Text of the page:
WUI Fire & Ember Exposure Scale

A proposed scale will weigh the risk of ignition & facilitate the development of improved building codes

By Alexander Maranghides and Ruddy Mell
Published Monday, May 13, 2013 | From the July 2013 Issue of FireRescue

The destruction of homes and businesses from wildland/urban interface (WUI) fires has been steadily escalating, as have the fire suppression costs associated with them. Since 2000, more than 3,000 homes per year have been lost to WUI fires in the United States. This compares to about 900 homes in the 1990s and 400 homes in the 1970s.

The WUI fire problem affects both existing communities and new construction. In the United States, the problem is most acute in the western and southern states; however, WUI fires have also recently destroyed homes in the Mid-Atlantic states and the Pacific Northwest.

One of the fundamental issues driving the destruction of homes in the WUI is the very limited research concerning the relationship between building codes and standards, and potential fire and ember exposure. The limited ember exposure information currently available does not address the full range of possibilities for home ignition  and offers little context for the design of ignition-resistant landscapes and buildings.

Although fire agencies have been aware of how fire starts and spreads in the WUI for some time now, there’s no current way to determine just how different building constructions respond to different realistic ember exposures. The resulting gap in information between fire/ember exposure and structure ignition has created a lack of tested and implementable hazard mitigation solutions.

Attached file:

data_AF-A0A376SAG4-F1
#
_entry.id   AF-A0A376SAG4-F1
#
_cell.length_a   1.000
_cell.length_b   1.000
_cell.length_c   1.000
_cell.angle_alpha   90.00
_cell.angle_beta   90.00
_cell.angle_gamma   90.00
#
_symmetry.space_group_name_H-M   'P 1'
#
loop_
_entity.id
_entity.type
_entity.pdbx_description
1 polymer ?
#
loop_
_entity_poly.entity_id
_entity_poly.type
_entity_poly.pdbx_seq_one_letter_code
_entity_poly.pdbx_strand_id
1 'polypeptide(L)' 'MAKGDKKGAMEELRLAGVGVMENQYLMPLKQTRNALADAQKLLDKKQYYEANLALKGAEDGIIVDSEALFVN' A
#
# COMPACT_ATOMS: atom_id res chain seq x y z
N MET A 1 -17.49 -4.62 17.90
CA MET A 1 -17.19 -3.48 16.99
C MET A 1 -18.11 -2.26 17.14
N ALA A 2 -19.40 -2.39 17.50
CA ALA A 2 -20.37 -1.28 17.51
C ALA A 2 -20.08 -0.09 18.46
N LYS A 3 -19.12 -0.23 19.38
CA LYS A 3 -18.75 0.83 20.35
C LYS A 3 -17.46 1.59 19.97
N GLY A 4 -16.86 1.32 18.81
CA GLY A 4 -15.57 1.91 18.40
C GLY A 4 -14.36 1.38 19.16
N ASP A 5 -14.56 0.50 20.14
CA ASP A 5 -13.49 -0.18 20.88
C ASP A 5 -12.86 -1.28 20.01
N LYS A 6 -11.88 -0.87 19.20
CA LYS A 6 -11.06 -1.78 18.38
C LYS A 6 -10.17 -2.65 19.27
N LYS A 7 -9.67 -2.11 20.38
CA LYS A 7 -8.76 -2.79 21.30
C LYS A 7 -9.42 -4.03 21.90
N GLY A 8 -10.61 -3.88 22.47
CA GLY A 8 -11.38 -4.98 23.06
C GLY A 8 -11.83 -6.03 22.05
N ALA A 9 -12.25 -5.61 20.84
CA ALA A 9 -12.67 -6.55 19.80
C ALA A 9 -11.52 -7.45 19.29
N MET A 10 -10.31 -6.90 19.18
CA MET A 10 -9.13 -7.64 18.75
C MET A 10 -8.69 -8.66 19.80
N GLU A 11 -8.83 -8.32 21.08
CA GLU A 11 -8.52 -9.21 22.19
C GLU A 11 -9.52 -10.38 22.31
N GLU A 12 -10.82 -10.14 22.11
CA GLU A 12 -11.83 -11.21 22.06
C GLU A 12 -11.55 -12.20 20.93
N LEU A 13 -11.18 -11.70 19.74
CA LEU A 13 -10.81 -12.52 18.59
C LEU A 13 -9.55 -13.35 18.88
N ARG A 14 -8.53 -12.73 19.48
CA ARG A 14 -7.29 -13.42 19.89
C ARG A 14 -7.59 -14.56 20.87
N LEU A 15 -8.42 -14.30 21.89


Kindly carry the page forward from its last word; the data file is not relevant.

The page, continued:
Solution: A WUI Scale
To close that informational gap, the fire service and the general public need a WUI fire and ember exposure scale (or a WUI scale) that can consistently predict the expected severity of WUI fires by calculating the expected ember and fire exposure at specific locations during an event. This could be achieved through a combination of post fire studies, laboratory and field experiments, and computer modeling.

The technical foundation of the WUI scale has been developed jointly by NIST and the U.S. Forest Service. Once the scale is established, the information obtained from it can help form the foundation for building codes aimed at providing a level of structure ignition protection commensurate with the expected fire and/or ember exposure.

The concept is based on determining the amount of expected fire and ember exposure throughout a single, existing WUI community. The proposed WUI scale can be used to explicitly identify WUI areas that have a fire problem, as opposed to areas that meet housing density or wildland vegetation requirements. The scale can therefore also be used to determine boundaries where specific land-use and/or building construction regulations would apply. Lastly, the exposure scale can be used for both new and existing WUI communities.

The Approach
In the WUI scale approach, each fire and ember exposure threat is categorized into one of four levels. The intensity of the threat increases from category 1 to 4, and it decreases as the distance from the fire increases. So a community in or near the WUI may include one or more areas or zones at a given exposure level. Any one location in the community will have both a fire and an ember exposure rating. As an example, a location could have no fire exposure, yet have an intermediate ember exposure. Note: During an actual WUI fire, both ember and fire exposure levels need to be measured to capture the total threat to a structure. Additionally, both need to be accounted for when protecting a structure from ignition.

Two Threats